Yeah, I think that was the idea. If you retweet the ads, then it’s successful and they’ll try to target more like that to you. And they’ll probably be in some ways like Google where they’ll look at your hashtags and stuff to target ads to you.
What kind of a moron would retweet an ad to their Twitter followers? You’re asking them to do something that would have them ostracized in the very ecosystem that they’re swimming in. I think that’s a terrible idea. I don’t understand why they don’t just put up banner ads.
Why would you ever retweet an ad? It seems really ridiculous to me. Not a business.
I can’t think of anything. We’ll see what they come up with, but it’s hard for me to imagine that they’ll come up with much that I’d want to retweet and that that will end up being profitable.
I can tell you now there’s probably no advertising I would retweet under any circumstance.
As a content creator yourself, if it all goes south and no one’s making a living making content anymore, what will you do? Do you have
a backup plan?
[Laughs] No. Dangerous Minds sort of is my backup plan. I have a day job, I’m an editor at the LA Times. I pay the bills that way. I’ve been around long enough, and I’ve seen what’s happened over the past couple years, so I don’t want to depend on someone else’s enterprise to keep a roof over my head. I’m a pretty entrepreneurial person by nature and I did not want to be in the so called “finished goods” business anymore. I didn’t want to cause books and DVDs to be produced and stored in warehouses and shipped to Barnes and Noble and so forth, anymore, it just wasn’t something I was interested in doing. And you’ve always got to be investing in the future for that sort of thing so your profits are sort of weirdly never realized in the publishing industry, you’re always investing a future thing. It’s hard to get rich that way. So I became interested in doing a soley digital play.
The reasons that I’m doing a talk show is because, one is it’s fun and I have a nice, free studio to do it in and I get to meet interesting people every week. But I have hopes that it will be like what happened before with the Infinity Factory show that I did in the 90s, which led me to getting onto Channel 4 in the UK in a timeslot after Ally McBeal. So I’d like to get back on television. That’s the thing, I’m using it as a vehicle to get sales and move towards higher production values.
Or maybe an agent can line up several small sales. I could sell it to Book TV in Canada. Maybe it could work for late night on Arte. You never know. But because it costs so little to make, the idea is to have something where I own the whole thing, not some production company. So if I can get small International TV deals –there different prices for different markets from a few hundred to tens of thousands of dollars– that would add up. It’s an experiment at creating a cottage industry, I meet fun people and it doesn’t coast anything to produce, so why not?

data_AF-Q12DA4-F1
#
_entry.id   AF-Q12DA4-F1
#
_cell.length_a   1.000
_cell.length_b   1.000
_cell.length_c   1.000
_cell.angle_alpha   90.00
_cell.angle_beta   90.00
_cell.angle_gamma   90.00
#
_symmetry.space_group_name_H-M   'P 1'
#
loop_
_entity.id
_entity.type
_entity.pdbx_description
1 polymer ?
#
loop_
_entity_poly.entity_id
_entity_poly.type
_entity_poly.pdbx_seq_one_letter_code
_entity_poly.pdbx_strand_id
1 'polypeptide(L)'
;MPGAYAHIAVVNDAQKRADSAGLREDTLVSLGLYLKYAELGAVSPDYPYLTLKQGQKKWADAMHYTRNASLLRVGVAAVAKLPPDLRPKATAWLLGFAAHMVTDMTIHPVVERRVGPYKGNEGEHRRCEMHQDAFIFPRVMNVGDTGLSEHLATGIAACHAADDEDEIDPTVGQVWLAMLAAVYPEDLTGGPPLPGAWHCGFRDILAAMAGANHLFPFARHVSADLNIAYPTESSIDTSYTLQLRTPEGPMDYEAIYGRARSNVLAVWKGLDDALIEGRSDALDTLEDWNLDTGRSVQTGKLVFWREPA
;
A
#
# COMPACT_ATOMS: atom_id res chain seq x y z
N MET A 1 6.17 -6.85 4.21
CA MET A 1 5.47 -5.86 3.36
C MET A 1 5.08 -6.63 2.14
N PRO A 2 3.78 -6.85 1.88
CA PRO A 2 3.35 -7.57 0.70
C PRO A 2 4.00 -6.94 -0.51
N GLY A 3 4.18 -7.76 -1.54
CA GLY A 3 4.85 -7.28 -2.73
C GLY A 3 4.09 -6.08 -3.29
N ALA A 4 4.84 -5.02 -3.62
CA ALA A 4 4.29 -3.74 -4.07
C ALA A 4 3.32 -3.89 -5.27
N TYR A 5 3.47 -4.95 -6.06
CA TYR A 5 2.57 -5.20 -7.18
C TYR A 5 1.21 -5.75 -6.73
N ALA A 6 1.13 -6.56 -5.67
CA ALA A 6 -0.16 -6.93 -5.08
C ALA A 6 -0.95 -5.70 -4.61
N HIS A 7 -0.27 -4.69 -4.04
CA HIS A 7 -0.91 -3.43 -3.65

Back in the day, you said that Disinformation was about presenting, like, 30 different points of view while the mainstream media was about presenting only two. I might be misunderstanding what your actual position was, but you thought that the ideological fracturing that the Internet was precipitating was a good thing because people would maybe think for themselves more and be more critical or see the world in a different way.
And I that’s what I thought also in the late 90s and early 2000s and everything was coming together and it was so exciting. But now looking at things I don’t see that having happened. It seems like everyone’s gotten more entrenched into their reality tunnels. I saw this thing on TechCrunch the other day by this guy who read a report that said that people who get their media online get a more balanced news diet or whatever. They get stuff from both the left and the right. The report thought this was a really good thing but this TechCrunch writer said it was actually just people going out to “the other side” and being like “Oh, what a bunch of morons.” And I’m sure that’s what it is. I’m as guilty of that as anyone. So what I’m asking is: do you still have the same view you had when you were starting up Disinfo about media democratization and idealogical fracturing?